This is the "Mental Measurements" page of the "CNL 608: Individual Assessment" guide.
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CNL 608: Individual Assessment  

A primer for using Buros Mental Measurement Yearbooks and links to standards of practice from various sources. Also, links to pages for APA style citation help.
Last Updated: Jul 13, 2017 URL: http://mckendree.libguides.com/CNL608 Print Guide RSS Updates

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Introduction to this guide

This guide is specifically to help students in CNL 608 find reviews and evaluations of tests and measurements, specifically on how to use the Ebscohost database Mental Measurements Yearbook with Tests in Print. This guide will give some information about the database, and some tips and tricks on how to use it. Also, there are some links so you can get help with your citations.

Additionally, you will find links to some information  from organizational Web sites, so you can understand the various Codes of Ethics, standards of practice, and other information about assessment and testing of clients.

 

What is Buros? What can it do for me?

Who is Buros? Why do I need the Mental Measurements Yearbook?

Oscar Buros was the first editor of the Mental Measurements Yearbook. This resource is published by the Buros Institute at the University of Nebraska. Sometimes, you might hear it referred to simply as "Buros" or "Mental Measurements".  This is the gold standard for finding information about testing instruments, and also a standard research tool used by students and professionals. According to the publisher, this is a "comprehensive guide to over 2,000 contemporary testing instruments" that is designed for use by all levels of expertise.  The mission of the Buros Institute is to provide test descriptions, references, and reviews of commercially available tests for potential test users.  The Mental Measurements Yearbook is where you find information about tests.

Why a database? I thought these were books!

Many years ago, before we had electroinic databases, this was only available in books that were published in irregular intervals. Now, you can use one of the library databases to search. While some libraries still keep the physical books on hand, more and more libraries are using the online database exclusively.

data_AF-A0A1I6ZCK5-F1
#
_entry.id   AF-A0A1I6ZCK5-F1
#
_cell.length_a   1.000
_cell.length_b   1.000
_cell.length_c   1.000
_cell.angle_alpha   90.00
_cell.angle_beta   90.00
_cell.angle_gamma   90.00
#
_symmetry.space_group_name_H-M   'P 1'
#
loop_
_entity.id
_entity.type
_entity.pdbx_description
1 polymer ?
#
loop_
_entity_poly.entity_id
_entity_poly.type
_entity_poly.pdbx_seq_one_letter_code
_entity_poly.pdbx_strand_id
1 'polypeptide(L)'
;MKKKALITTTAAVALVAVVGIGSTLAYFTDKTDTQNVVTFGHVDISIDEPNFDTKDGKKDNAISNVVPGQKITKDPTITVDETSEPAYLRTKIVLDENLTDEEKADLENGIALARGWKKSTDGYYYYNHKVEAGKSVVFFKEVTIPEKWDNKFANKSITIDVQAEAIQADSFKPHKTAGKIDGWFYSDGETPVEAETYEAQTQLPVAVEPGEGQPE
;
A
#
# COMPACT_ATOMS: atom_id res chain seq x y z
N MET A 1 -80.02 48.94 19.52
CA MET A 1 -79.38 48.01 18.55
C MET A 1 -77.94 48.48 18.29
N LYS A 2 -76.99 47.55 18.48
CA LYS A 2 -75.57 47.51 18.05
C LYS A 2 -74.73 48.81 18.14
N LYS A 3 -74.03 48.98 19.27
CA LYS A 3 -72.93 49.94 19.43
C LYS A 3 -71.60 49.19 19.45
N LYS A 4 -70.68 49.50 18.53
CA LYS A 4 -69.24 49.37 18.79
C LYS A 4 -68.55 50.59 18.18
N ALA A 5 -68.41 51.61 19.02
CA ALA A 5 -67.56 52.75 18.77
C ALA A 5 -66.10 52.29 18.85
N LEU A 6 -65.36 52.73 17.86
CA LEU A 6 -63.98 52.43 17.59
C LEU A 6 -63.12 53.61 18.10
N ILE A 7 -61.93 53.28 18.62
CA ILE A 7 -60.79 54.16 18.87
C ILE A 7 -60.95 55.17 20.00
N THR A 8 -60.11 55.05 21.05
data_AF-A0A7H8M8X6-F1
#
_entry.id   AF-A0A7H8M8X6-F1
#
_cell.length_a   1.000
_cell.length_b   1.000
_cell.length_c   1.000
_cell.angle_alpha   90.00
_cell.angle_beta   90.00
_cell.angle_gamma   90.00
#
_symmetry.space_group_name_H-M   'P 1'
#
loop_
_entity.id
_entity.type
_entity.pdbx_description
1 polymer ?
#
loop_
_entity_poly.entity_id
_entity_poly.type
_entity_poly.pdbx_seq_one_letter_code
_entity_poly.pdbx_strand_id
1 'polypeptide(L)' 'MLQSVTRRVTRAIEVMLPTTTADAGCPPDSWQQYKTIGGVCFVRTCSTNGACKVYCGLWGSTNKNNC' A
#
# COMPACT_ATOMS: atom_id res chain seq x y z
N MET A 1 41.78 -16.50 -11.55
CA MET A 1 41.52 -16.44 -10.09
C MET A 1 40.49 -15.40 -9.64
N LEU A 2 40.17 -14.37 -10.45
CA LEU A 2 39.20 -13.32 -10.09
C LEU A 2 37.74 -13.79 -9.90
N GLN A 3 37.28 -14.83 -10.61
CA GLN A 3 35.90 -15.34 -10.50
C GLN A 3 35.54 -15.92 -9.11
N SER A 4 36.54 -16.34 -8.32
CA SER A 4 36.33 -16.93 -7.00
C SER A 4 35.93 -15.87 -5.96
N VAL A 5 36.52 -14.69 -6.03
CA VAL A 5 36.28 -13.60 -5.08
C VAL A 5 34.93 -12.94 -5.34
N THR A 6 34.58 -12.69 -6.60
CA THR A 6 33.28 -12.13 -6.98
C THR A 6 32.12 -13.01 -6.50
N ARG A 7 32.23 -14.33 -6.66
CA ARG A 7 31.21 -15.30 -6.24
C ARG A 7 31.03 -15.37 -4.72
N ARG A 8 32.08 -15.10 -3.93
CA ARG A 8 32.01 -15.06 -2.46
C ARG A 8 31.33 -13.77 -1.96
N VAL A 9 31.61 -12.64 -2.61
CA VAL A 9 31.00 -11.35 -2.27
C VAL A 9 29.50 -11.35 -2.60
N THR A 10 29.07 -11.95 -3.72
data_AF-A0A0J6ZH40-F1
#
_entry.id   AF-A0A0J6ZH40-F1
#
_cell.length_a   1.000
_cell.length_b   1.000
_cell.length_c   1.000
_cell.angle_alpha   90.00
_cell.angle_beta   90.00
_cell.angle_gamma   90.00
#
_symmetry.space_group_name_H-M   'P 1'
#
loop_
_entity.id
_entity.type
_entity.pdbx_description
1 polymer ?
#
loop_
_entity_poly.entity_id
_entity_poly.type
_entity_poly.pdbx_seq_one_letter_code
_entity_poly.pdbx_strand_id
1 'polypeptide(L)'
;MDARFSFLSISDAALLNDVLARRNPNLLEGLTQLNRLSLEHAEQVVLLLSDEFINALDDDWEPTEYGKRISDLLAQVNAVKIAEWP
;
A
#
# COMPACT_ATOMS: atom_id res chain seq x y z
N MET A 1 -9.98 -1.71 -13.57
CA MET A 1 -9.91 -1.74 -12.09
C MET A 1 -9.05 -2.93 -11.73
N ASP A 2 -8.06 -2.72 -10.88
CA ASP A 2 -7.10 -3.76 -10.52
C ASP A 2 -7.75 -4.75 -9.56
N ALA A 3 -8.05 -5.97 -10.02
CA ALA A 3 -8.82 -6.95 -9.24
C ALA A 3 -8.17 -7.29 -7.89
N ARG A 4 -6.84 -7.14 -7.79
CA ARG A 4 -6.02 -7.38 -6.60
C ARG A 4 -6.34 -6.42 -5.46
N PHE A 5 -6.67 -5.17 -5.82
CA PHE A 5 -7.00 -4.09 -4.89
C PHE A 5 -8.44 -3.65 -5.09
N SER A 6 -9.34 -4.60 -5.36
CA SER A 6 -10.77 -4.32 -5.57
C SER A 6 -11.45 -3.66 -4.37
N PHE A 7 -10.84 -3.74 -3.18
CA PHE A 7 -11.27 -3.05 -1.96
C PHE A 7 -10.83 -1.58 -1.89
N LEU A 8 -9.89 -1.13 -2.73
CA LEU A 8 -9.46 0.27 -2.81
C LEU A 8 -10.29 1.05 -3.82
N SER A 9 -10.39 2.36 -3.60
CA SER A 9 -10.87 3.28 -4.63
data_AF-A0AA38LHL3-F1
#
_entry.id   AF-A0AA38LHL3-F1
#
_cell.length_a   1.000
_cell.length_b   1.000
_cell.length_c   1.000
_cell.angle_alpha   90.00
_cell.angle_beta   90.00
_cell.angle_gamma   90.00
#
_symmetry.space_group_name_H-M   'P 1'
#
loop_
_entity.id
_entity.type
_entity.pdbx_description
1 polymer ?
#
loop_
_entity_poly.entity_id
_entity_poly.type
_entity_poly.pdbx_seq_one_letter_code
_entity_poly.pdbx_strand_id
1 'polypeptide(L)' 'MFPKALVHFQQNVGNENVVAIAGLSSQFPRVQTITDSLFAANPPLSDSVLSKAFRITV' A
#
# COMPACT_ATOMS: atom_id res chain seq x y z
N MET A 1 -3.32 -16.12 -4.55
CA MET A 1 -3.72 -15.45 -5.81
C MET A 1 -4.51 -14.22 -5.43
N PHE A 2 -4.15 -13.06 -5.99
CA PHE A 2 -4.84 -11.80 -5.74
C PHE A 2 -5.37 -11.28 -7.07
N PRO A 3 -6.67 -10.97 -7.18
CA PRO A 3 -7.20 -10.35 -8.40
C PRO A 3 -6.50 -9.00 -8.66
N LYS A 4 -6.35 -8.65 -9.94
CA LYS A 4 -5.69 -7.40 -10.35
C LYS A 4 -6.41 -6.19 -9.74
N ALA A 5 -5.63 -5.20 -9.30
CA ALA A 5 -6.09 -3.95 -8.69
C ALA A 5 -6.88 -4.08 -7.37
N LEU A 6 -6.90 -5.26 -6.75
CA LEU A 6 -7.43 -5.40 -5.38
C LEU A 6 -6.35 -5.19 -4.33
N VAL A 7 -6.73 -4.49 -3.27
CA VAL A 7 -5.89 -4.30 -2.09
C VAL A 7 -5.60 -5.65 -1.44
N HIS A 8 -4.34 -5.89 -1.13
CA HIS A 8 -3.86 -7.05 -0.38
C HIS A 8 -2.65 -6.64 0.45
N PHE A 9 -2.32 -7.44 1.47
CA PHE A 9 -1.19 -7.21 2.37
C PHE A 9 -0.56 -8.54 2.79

Important! Don't pay for this content!

If you do a Web search for this content, you'll be prompted to pay for the individual entries (particularly from the Buros Web site). This is why it's important to understand how to access the library's databases for this content. You'll never be asked to pay a fee to use the library resources, and you can even use them from off campus.

 

What isn't in the Mental Measurements Yearbook?

The actual tests!

The tests themselves come from many different publishers, and are copyright protected so they can't legally be distributed anywhere and everywhere. If you would like to get copies of the actual tests, you'll need to contact the publisher directly.

The Mental Measurements Yearbook contains reviews and evaluations of testing instruments, which will help you with your quest to gather information about the test, appropriate use, validity and reliability.

 

How to use MMY/TIP

Once you figure out how to use this database, it can be very useful. However, it is a little different from other databases that you might have used.  Let's look at some different ways you might find information in this database. One thing to keep in mind is that these databases only know what you type in, they do not know what you mean, or the context in which you intend your search. If at first you strike out, talk to your instructor or a librarian about how to make your search successful.


You know the exact name of a test

One caveat with this strategy is that if you do not know exactly the name of the test, you might not have a successful search. Let's say you were looking for the test "Postpartum Depression Screening Scale".  In order to search for this as a title, you'd need to add the limiter TI before your search, like this:


You've chosen a topic, but you do not know the name of a test

For people who aren't very familar with test names, but who have a topic they'd like to explore, you can either use no limiters and do a keyword search, or you can search through all the text for specific text. One thing that can go wrong here is that there might be more than one way to express a condition or topic, so if you get zero results, you might want to consider if there is a different way to express your topic. Let's say that I know I want a test about postpartum depression, but I don't know the exact name. I can search through all text by using the limiter TX before my search, like this:


You know an official Test Category, and would like to browse within that category

This works great provided you know what the official categories are. These categories are determined by the folks at Buros and might not be the exact categories you would choose, so it's good to see the list. They are:

  • Achievement
  • Behavior Assessment
  • Developmental
  • Education
  • English and Language
  • Fine Arts
  • Foreign Languages
  • Intelligence and General Aptitude
  • Mathmatics
  • Miscellaneous
  • Neuropsychological
  • Personality
  • Reading
  • Science
  • Sensory-Motor
  • Social Studies
  • Speech and Hearing
  • Vocations

To do a search in one of these categories, use the limiter SU before your search:


 

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